Understanding people, not just science, is crucial to being a good physician. Empathy is the ability to understand and share the feelings of another, or in other words, to put yourself in their shoes. It expresses the desire to understand and to help, and is imperative to establishing a trusting relationship.

The way people feel about the healthcare they receive has become a focal point for improvement among care providers. In fact, the newest studies report that patient-perceived physician empathy greatly improves both outcomes and medical care satisfaction.

One recent study determined that patient satisfaction was not changed by wait time for an appointment, wait time in the office, time with the doctor, whether or not patients were seeking a second opinion, health literacy, or treatment choice. It was the doctor’s perceived empathy that affected satisfaction in 65% of the participants.

Oftentimes, doctors respond to distressed patients by giving more and more factual information, but in reality, that generally does little to alleviate their worries. Physicians who desire to fix things must understand the importance of learning to listen first. Amazingly, one study found that doctors, on average, interrupt a patient within 18 seconds.

Empathy comes naturally to some people, but it can also be taught. Medical training doesn’t require it, but the interest in it is expanding, as its importance is becoming recognized as essential for providing compassionate care. Doctors can increase their patients’ satisfaction through a few simple steps:

  • Reduced defensiveness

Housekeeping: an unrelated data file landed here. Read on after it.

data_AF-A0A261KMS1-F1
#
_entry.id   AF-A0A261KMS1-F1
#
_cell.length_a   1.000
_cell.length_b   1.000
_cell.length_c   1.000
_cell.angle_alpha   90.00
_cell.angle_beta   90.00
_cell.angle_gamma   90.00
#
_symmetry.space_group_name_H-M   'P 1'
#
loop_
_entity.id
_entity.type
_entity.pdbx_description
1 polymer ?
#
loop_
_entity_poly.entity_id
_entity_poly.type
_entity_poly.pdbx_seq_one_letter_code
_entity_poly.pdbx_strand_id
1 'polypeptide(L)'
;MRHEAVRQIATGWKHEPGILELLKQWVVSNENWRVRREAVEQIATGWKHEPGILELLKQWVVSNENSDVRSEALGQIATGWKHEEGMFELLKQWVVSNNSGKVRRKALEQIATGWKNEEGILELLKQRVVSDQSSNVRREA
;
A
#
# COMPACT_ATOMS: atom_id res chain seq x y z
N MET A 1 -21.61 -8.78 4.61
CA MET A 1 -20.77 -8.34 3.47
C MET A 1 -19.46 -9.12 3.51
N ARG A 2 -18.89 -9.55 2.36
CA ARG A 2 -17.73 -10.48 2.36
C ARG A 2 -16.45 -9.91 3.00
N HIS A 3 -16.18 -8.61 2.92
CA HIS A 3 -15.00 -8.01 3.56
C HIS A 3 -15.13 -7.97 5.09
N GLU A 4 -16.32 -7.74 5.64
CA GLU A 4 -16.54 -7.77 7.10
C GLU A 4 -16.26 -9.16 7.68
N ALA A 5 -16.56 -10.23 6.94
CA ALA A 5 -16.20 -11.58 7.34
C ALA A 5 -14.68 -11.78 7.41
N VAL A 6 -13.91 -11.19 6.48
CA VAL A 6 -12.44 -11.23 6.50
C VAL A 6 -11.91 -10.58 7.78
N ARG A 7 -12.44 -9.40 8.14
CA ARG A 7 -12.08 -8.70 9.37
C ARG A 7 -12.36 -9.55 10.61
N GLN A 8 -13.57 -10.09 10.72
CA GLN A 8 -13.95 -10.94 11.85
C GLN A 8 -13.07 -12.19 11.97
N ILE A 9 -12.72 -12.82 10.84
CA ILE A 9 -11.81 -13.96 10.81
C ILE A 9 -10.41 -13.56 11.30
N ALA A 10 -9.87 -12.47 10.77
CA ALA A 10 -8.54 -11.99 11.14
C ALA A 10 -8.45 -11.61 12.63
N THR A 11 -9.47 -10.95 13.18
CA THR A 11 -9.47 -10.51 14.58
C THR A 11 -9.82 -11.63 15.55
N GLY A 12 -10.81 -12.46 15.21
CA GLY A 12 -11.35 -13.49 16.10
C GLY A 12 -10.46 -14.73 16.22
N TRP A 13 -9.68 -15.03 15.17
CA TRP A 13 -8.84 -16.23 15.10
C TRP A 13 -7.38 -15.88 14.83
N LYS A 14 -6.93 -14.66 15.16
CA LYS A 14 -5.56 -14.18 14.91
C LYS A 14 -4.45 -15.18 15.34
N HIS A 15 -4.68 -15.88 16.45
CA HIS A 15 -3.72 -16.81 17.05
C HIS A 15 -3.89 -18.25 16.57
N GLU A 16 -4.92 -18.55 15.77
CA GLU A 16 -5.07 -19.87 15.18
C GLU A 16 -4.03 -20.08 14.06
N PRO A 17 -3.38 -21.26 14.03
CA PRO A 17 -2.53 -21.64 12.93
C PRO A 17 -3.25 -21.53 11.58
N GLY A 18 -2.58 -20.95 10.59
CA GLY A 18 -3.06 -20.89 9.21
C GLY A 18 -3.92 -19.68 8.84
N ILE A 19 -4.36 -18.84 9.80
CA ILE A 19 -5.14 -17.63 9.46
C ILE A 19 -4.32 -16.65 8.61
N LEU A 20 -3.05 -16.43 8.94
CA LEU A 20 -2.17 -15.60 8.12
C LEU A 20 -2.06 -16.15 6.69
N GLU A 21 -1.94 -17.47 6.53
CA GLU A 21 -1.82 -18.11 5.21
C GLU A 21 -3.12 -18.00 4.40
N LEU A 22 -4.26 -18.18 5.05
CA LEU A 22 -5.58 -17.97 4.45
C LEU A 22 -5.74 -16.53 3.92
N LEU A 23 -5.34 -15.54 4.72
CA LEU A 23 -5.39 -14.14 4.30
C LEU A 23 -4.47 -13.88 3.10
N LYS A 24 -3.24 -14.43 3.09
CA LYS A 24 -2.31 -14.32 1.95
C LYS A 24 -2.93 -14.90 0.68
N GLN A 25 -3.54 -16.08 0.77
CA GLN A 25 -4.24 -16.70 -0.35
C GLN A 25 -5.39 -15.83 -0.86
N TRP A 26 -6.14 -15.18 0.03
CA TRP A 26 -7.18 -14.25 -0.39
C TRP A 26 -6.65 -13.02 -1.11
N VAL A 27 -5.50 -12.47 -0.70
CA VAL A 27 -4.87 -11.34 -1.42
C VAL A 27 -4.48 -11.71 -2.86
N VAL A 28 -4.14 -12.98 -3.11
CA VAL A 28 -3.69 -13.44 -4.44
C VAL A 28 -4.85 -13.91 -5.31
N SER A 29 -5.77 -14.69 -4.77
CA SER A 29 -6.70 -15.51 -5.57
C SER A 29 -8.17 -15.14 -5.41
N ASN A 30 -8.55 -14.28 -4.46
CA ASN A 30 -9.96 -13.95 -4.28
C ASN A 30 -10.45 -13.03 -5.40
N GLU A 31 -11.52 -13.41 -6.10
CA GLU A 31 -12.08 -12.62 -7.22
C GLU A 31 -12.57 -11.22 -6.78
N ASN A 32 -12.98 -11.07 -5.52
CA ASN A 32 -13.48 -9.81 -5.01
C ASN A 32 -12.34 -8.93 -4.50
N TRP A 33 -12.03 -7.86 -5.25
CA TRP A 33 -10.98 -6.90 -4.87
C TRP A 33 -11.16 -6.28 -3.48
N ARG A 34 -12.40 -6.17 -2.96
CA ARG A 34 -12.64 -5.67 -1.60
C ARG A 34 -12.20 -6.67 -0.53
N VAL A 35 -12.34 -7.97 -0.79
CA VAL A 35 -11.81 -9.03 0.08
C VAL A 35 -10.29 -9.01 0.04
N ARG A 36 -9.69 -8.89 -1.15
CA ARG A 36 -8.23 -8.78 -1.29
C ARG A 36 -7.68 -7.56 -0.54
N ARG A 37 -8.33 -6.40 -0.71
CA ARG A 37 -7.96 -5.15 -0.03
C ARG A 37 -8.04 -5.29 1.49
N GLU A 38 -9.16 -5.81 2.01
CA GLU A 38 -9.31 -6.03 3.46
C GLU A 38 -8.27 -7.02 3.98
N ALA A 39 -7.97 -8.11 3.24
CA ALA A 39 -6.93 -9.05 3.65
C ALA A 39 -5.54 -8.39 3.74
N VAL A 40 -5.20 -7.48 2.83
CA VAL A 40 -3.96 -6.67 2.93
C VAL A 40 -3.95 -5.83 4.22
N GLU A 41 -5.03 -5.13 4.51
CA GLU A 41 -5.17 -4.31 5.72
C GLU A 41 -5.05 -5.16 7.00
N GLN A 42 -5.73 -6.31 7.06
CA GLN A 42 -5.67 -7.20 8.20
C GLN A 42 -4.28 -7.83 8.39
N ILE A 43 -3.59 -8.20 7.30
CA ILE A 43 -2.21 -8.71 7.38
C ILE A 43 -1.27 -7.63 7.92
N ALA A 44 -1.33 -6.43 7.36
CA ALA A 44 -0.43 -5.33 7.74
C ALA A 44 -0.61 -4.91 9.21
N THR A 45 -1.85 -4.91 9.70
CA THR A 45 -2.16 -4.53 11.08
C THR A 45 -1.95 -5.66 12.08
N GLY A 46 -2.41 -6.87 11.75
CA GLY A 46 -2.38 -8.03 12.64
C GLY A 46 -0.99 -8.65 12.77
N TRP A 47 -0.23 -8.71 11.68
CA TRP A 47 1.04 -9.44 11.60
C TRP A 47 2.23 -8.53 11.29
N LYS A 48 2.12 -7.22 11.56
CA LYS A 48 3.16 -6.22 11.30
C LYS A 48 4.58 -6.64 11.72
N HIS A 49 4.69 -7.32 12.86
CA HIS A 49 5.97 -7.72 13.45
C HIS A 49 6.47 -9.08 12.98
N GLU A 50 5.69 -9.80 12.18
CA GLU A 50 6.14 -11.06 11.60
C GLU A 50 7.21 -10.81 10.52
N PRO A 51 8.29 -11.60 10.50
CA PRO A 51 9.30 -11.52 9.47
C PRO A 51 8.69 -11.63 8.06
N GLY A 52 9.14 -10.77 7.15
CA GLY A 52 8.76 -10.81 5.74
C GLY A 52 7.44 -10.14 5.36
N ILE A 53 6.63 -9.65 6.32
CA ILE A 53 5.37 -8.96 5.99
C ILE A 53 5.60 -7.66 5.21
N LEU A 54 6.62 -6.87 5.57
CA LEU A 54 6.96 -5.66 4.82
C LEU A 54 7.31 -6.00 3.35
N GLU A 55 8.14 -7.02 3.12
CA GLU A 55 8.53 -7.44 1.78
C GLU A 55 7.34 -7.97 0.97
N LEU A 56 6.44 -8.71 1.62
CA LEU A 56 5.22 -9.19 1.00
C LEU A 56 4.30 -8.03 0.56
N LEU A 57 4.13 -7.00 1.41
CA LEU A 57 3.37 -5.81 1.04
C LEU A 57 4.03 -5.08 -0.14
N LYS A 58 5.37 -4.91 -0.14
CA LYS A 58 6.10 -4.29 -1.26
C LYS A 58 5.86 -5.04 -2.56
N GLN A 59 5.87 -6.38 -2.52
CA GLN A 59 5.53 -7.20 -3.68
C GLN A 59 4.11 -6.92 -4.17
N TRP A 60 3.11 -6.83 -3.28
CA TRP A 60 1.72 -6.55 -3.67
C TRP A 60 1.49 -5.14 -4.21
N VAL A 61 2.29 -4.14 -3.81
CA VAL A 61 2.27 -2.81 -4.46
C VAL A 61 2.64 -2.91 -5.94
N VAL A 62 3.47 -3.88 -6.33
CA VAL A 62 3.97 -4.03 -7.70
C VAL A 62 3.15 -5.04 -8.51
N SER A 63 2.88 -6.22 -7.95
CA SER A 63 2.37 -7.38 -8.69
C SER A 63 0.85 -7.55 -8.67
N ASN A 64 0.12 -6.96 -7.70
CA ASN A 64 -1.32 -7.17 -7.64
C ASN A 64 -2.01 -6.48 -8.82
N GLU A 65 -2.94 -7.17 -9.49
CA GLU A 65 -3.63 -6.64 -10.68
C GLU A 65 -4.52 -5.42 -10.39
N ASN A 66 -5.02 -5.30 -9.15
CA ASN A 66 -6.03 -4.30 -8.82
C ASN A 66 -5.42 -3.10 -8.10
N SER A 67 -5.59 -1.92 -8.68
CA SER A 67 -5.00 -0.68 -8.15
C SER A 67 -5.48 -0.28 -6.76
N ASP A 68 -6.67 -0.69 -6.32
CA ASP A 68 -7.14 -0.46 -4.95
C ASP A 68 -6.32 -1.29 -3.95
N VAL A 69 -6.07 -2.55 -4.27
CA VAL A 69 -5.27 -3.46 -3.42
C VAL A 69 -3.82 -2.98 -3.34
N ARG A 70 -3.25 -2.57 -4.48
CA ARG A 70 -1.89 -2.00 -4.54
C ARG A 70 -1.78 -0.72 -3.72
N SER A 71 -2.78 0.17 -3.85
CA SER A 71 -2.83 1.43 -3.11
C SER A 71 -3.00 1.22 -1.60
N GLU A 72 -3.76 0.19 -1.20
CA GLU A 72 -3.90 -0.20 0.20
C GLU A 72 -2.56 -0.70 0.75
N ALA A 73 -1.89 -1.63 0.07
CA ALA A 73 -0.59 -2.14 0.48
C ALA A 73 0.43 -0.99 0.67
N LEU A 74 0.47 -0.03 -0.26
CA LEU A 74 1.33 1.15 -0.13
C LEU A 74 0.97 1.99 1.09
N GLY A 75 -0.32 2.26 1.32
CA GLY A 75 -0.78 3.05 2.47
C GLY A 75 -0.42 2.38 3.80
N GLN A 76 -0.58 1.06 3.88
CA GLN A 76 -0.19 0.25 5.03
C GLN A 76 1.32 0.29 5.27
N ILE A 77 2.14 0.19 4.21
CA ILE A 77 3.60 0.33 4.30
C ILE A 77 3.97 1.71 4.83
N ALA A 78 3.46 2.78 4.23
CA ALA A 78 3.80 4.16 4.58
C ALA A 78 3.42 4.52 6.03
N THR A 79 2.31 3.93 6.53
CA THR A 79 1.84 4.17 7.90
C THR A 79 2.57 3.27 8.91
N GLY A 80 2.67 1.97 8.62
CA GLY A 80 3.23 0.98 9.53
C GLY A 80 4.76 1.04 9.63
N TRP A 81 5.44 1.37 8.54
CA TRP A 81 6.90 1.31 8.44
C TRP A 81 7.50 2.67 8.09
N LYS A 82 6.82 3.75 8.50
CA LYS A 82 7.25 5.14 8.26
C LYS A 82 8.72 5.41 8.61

• Improved listening skills
  • Awareness of facial expressions and body language
  • Increased patient feedback

Of course it’s vital not just for the physician, but also for the doctor’s staff to be skilled and trained in effective communication and customer service.

There are many additional benefits that a doctor reaps through understanding and practicing more empathetic communications. It’s clearly self-rewarding through positive patient feedback and outcomes, and is helpful in combating physician burnout.

Additionally, many malpractice cases that began due to a lack of empathy and poor communications could often have been avoided. After all, a medical care experience is only good if the patient agrees that it is.

At Spine & Orthopedic Center, we know how important it is to listen to you, and we value your important feedback.  Our caring staff strives to make every office visit a great medical care experience. If you would like to experience our exceptional dedication to our patients’ satisfaction, as well as their good health, please call or visit Spine & Orthopedic Center today for more information.